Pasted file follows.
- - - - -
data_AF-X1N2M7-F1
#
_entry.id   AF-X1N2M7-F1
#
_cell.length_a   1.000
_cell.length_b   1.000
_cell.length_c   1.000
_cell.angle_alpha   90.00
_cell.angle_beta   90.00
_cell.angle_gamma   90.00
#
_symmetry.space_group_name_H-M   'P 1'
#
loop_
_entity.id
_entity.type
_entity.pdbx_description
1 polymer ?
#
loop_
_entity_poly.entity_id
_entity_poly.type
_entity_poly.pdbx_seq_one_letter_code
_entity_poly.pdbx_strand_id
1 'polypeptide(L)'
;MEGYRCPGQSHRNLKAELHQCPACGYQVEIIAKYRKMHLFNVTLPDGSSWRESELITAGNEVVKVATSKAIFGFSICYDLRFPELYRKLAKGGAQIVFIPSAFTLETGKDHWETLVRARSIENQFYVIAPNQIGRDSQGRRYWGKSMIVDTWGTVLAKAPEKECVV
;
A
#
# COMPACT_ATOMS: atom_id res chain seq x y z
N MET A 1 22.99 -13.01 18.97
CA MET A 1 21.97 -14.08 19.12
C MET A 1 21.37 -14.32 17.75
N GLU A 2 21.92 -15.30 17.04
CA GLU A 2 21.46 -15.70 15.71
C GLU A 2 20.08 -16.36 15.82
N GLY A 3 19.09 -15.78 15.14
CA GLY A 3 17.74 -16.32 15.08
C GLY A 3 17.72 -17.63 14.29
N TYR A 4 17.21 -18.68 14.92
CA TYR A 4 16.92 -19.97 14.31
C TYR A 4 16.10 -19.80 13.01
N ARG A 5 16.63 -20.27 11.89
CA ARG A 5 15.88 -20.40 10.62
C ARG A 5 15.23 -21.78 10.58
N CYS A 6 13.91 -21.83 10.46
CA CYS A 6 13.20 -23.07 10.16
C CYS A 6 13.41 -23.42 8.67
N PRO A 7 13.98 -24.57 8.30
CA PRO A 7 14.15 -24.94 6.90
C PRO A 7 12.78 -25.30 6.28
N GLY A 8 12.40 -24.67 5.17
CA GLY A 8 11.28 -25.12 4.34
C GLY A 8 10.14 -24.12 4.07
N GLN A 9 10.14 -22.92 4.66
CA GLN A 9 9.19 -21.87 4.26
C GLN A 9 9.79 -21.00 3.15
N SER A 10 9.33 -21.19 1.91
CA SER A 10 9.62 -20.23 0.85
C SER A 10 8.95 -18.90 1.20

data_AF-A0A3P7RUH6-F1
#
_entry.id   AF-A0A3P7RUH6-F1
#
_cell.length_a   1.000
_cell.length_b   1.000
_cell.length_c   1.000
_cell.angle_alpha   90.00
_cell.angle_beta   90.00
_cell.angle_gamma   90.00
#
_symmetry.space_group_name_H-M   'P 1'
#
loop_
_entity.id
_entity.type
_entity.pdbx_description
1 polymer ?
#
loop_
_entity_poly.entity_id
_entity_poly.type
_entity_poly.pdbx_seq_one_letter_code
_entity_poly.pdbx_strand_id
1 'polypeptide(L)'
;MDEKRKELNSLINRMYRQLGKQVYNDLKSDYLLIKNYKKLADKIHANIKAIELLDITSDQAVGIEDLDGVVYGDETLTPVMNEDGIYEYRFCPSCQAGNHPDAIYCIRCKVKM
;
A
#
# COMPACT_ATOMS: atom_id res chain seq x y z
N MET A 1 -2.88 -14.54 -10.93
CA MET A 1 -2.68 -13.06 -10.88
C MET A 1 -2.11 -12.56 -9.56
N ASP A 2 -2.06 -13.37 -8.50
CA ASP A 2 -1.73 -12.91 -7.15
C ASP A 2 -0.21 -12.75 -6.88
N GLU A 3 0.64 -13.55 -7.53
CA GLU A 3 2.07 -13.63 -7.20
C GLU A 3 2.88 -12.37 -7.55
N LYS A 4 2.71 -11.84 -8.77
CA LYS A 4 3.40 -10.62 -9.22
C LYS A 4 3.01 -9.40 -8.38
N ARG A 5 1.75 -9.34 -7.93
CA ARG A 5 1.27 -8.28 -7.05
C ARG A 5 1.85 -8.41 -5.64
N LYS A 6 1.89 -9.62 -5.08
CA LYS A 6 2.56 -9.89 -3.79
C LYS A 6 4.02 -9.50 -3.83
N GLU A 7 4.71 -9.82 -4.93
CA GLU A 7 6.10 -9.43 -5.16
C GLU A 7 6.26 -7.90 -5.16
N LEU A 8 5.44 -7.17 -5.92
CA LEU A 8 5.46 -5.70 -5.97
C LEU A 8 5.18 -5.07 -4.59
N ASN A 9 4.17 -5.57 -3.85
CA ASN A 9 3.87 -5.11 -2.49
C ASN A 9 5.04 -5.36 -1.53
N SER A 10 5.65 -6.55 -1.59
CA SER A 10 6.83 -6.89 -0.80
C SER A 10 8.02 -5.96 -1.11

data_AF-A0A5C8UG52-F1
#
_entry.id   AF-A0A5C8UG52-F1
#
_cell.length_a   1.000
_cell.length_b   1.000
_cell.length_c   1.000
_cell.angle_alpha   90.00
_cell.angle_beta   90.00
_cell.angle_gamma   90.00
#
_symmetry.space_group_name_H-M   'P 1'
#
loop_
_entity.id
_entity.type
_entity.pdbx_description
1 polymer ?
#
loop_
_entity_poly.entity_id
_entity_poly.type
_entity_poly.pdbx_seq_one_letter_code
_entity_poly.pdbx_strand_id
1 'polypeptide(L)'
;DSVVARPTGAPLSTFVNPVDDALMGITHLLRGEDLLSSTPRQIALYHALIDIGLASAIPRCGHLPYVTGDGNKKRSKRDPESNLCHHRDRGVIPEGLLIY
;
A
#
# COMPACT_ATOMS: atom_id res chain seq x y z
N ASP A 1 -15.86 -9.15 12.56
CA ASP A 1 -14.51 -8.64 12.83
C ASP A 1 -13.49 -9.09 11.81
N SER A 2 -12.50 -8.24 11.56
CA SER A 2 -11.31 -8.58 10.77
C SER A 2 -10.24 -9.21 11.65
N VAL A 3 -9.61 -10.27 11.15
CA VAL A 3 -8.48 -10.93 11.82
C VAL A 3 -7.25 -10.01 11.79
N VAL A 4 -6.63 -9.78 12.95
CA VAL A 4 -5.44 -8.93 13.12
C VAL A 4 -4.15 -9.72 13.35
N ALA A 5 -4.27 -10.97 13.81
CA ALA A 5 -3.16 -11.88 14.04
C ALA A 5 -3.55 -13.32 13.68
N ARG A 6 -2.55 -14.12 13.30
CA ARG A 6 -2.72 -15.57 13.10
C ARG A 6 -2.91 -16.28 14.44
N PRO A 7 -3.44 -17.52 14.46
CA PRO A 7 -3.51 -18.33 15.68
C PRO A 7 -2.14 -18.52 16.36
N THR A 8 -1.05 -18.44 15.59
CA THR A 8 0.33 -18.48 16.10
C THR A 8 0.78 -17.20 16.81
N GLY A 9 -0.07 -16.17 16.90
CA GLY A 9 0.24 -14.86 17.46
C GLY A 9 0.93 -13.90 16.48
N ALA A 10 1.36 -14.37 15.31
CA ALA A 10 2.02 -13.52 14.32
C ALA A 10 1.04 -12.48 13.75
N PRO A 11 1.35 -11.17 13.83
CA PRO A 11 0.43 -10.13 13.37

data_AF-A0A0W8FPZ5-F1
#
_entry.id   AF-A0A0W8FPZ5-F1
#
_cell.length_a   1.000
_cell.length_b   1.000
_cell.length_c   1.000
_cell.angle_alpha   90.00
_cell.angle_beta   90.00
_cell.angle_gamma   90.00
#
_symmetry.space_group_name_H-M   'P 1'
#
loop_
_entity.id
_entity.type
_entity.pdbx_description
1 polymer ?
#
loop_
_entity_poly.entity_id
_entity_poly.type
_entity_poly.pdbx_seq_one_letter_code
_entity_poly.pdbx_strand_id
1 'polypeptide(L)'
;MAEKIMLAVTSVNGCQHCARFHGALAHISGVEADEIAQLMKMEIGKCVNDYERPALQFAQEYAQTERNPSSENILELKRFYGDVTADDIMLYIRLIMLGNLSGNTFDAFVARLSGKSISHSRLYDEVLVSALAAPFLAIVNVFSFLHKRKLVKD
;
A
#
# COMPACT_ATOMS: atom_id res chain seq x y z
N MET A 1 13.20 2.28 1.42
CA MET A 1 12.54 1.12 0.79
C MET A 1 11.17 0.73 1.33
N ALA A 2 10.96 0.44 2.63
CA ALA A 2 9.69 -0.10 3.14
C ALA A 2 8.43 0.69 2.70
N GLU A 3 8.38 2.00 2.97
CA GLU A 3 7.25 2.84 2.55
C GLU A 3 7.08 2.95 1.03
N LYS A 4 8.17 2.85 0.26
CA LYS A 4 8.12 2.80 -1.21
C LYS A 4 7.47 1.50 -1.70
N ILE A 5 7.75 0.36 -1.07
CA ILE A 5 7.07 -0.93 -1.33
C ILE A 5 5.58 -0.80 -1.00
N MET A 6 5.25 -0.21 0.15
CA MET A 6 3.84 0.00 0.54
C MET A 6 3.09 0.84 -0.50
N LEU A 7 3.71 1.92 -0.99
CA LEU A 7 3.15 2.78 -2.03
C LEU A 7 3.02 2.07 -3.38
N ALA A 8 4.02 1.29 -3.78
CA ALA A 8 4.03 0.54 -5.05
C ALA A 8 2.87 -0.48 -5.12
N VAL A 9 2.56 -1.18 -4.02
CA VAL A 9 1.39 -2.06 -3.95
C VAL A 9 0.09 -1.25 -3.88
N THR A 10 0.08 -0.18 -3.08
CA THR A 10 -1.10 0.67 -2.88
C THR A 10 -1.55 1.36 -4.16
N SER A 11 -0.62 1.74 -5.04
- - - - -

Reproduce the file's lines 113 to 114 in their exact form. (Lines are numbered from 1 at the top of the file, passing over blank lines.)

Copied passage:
CA LEU A 8 5.46 -5.70 -5.97
C LEU A 8 5.18 -5.07 -4.59